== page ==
Business Contracts

In a competitive business environment, it is essential to seek legal counsel from an experienced attorney. At Worman & Sheffler, P.A., we assist business clients in a variety of areas. From business formation to drafting contracts and resolving business disputes, we are prepared to represent you during any business matter.

Business Contracts and Agreements

Contracts and agreements are vital for conducting business for all sizes of companies. A contract meets specific criteria to make it legally enforceable. A legally enforceable contract can be used in court as support in a decision on a disputed item. When something goes wrong, a written contract protects both parties. If one party in a valid contract believes the other party has broken the contract (breached), the party being harmed can bring a lawsuit against the party who it believes has breached the contract.

The legal process, or litigation, determines whether the contract has been breached or whether there are circumstances that negate the breach. The court will only hear a contract dispute if the contract is valid.

Six Required Elements for a Contract to Be Valid

The first three elements relate to the agreement (see point 1), and the other three relate to the parties making the contract.

  • Offer, Acceptance, and Mutual Consent: Every contract must include a specific offer and acceptance of that specific offer. Both parties must consent of their free will. Both parties must agree to the same terms.
  • Consideration: There must be something of value exchanged between the parties. The thing of value may be money or services, but both parties must give something.
  • Competence: Both parties must be of “sound” mind to comprehend the seriousness of the situation and understand what is required. If one party is not competent, the contract is not valid, and the non-competent party can disavow the contract.
  • Legal Purpose: The contract must be for a legal purpose. It cannot be for something illegal.

Why Business Contracts Must Be in Writing

  • People forget.
  • People disappear.
  • People lie.
  • People misunderstand.
  • Some contracts must be in writing by law.

Laws included in a Statute of Frauds require certain kinds of contracts to be set out in writing and signed by the parties in the contract.

Types of Contracts that Must Be in Writing

The most common type of contracts that must be in writing are: contracts for the sale or transfer of an interest in land, and a contract that cannot be performed within one year of the making (mortgages, for example).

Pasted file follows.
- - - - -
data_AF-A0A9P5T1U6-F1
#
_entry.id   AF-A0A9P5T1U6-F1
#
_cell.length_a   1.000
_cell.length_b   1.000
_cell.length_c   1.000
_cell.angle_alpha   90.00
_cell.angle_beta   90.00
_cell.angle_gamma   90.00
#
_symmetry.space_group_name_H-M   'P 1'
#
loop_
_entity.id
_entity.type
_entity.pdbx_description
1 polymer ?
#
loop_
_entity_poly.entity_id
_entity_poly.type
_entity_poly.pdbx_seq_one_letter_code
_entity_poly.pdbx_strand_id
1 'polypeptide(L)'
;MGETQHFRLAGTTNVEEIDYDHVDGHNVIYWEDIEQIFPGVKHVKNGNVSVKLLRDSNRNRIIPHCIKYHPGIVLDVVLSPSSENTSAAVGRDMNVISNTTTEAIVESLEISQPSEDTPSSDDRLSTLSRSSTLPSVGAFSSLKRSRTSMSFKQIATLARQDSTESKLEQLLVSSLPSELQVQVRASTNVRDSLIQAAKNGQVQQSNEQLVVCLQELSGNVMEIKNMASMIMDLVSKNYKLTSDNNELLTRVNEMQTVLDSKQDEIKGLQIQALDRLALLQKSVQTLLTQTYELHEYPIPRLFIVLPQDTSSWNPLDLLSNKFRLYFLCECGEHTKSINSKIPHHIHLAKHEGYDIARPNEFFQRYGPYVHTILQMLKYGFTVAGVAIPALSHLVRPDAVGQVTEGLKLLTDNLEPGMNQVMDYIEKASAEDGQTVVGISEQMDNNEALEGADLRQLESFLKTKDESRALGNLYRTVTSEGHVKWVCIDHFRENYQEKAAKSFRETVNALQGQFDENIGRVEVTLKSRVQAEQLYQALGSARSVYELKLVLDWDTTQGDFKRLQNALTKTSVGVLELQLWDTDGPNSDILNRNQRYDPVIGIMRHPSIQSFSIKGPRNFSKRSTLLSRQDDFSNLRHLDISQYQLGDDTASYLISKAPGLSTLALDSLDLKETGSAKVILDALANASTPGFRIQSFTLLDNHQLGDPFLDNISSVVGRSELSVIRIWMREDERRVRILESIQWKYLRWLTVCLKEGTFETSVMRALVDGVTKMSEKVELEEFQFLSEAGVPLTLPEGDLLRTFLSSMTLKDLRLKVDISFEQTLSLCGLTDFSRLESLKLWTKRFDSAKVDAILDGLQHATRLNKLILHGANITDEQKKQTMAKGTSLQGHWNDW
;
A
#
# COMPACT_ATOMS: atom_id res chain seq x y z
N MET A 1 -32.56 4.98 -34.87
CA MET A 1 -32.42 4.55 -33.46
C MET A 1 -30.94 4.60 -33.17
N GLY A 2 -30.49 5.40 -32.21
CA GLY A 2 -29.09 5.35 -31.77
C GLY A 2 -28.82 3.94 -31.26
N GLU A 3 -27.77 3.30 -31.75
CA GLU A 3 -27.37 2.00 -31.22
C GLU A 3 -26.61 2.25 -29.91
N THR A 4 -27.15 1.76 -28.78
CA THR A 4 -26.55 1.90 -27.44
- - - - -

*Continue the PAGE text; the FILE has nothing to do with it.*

Other types of contracts that must be in writing are: a contract for the sale of goods valued at $550 or greater, a contract of an executor or administrator to answer for a decedent’s debt, a contract to guarantee the debt or duty of another and, a contract made in consideration of marriage – a prenuptial agreement, for example.

Most types of business contracts fit into these categories. Therefore, most contracts need to be in writing.

Exceptions to the Statute of Frauds

Some exceptions to requiring that contracts must be in writing are partial performance. If a buyer has accepted part of the property and paid for it, and if the parties can’t be returned to their pre-contract positions, a court may order specific performance. Note: In contract law, a party may recover on the basis of a promise if the party’s reliance on that promise was reasonable and caused a problem.

At Worman & Sheffler, P.A., we take pride in our ability to represent clients of all sizes and specialties – from small, individually owned or family-owned companies, to large corporations. We handle contract drafting and negotiation, litigation of contract disputes, and receivables collections. We also handle business matters from formation to dissolution, business planning to risk management, and credit analysis to procedures.

To learn more about how we get results for our clients, call for a consultation at 407-843-5353 or 888-279-3811 (toll-free). Our office is in Winter Park, Florida, and we represent clients throughout the state of Florida.